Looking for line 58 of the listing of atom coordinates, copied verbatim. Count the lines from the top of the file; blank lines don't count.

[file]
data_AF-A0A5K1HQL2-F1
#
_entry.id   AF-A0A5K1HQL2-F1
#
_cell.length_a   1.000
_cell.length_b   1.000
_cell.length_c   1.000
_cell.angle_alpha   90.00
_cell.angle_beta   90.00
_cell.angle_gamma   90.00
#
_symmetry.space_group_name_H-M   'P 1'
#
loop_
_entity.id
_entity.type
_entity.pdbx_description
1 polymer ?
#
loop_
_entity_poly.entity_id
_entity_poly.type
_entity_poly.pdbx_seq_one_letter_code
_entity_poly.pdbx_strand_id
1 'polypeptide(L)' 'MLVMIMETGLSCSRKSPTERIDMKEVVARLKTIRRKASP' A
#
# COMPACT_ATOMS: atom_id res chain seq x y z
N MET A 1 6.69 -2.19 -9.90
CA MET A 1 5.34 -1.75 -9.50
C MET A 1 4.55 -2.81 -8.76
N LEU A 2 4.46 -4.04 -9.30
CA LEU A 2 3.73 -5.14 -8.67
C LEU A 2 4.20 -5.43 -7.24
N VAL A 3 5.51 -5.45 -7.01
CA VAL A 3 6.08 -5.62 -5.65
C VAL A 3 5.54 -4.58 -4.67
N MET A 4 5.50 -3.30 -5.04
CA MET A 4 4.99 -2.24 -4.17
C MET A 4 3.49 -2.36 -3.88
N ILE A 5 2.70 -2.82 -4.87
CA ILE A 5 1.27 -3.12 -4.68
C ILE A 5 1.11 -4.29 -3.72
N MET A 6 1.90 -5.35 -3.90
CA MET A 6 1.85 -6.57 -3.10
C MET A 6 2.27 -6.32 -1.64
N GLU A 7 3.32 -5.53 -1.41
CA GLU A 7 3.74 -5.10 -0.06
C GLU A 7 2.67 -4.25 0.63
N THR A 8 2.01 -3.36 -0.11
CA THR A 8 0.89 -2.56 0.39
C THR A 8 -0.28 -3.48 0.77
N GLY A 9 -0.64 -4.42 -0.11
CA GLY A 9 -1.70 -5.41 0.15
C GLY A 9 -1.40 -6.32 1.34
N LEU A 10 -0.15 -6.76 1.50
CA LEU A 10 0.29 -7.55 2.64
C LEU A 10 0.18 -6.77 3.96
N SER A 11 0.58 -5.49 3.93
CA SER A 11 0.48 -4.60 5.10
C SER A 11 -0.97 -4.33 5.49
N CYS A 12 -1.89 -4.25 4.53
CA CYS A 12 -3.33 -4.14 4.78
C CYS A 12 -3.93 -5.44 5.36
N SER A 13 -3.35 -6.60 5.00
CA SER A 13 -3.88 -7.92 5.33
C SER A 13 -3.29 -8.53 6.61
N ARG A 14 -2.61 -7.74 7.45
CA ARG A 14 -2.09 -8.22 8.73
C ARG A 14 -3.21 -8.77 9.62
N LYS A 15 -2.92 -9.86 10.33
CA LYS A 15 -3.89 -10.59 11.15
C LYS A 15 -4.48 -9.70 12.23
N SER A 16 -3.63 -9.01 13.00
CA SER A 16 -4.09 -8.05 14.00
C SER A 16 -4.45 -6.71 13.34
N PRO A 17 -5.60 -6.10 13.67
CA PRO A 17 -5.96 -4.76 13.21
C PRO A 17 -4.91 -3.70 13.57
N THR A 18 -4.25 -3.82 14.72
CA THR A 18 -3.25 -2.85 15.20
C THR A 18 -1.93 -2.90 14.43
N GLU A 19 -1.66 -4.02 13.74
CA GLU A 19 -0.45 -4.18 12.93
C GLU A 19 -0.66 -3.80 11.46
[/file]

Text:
N SER A 11 0.58 -5.49 3.93